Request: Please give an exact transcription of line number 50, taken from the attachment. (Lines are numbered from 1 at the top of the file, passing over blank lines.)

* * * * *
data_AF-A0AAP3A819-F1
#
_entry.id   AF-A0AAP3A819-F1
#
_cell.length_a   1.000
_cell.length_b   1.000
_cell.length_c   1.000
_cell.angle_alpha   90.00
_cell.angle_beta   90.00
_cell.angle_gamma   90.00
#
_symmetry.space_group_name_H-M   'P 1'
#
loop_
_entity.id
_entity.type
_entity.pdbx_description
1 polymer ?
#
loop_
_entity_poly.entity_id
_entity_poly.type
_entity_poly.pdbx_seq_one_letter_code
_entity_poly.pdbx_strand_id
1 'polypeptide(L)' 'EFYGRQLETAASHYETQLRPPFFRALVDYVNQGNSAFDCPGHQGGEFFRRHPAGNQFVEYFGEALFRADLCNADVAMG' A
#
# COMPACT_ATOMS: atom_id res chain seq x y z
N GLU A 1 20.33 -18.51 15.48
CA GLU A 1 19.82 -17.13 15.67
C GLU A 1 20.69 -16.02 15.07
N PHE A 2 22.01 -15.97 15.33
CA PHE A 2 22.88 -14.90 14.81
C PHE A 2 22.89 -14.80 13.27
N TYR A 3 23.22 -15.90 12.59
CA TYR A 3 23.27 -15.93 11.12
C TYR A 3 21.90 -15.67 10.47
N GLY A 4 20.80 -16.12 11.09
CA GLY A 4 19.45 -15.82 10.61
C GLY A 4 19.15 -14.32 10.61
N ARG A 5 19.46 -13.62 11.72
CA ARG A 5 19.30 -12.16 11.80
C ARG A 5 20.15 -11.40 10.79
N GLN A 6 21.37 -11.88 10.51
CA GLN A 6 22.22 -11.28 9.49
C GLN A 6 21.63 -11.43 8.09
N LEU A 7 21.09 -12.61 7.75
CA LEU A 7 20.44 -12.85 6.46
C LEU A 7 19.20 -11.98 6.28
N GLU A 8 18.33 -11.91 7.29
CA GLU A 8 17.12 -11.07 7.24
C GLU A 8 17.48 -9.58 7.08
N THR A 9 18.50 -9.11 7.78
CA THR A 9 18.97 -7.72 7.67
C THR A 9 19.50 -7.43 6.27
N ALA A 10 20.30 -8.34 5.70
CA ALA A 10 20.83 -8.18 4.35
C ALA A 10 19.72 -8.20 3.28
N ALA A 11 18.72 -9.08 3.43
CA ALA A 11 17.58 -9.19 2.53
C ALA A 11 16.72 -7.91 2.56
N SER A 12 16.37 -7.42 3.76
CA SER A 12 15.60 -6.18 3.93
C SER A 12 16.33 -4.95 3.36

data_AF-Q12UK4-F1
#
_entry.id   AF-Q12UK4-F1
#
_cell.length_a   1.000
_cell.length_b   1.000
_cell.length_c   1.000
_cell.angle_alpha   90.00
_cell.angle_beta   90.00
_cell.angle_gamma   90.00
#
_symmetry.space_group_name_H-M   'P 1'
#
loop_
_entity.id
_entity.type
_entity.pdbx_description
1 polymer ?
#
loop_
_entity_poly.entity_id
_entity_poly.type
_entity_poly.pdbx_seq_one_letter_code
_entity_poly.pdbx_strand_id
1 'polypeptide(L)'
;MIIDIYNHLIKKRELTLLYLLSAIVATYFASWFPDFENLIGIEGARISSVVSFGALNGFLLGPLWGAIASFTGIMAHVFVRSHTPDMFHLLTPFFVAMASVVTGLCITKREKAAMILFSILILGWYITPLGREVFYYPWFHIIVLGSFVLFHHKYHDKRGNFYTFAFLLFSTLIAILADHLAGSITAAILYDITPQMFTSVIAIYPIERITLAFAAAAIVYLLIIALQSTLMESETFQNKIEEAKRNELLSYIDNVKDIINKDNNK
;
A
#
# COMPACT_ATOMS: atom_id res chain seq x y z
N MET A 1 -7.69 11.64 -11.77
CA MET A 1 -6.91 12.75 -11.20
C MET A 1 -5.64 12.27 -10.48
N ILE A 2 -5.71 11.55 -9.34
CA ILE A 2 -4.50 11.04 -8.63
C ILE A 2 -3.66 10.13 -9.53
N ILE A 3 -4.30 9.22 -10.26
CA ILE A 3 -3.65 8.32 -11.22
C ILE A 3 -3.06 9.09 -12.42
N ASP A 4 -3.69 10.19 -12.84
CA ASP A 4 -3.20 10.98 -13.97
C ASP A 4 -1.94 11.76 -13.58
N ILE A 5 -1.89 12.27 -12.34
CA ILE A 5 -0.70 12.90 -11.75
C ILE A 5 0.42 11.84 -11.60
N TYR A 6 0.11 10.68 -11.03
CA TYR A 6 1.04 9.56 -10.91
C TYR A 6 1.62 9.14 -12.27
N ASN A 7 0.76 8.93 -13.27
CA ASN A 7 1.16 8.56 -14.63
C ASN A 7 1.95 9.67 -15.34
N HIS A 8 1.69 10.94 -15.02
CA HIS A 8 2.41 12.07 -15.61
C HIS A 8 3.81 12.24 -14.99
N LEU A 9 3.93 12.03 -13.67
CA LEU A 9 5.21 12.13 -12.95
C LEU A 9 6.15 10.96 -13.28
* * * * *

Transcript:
CA GLU A 8 17.12 -11.07 7.24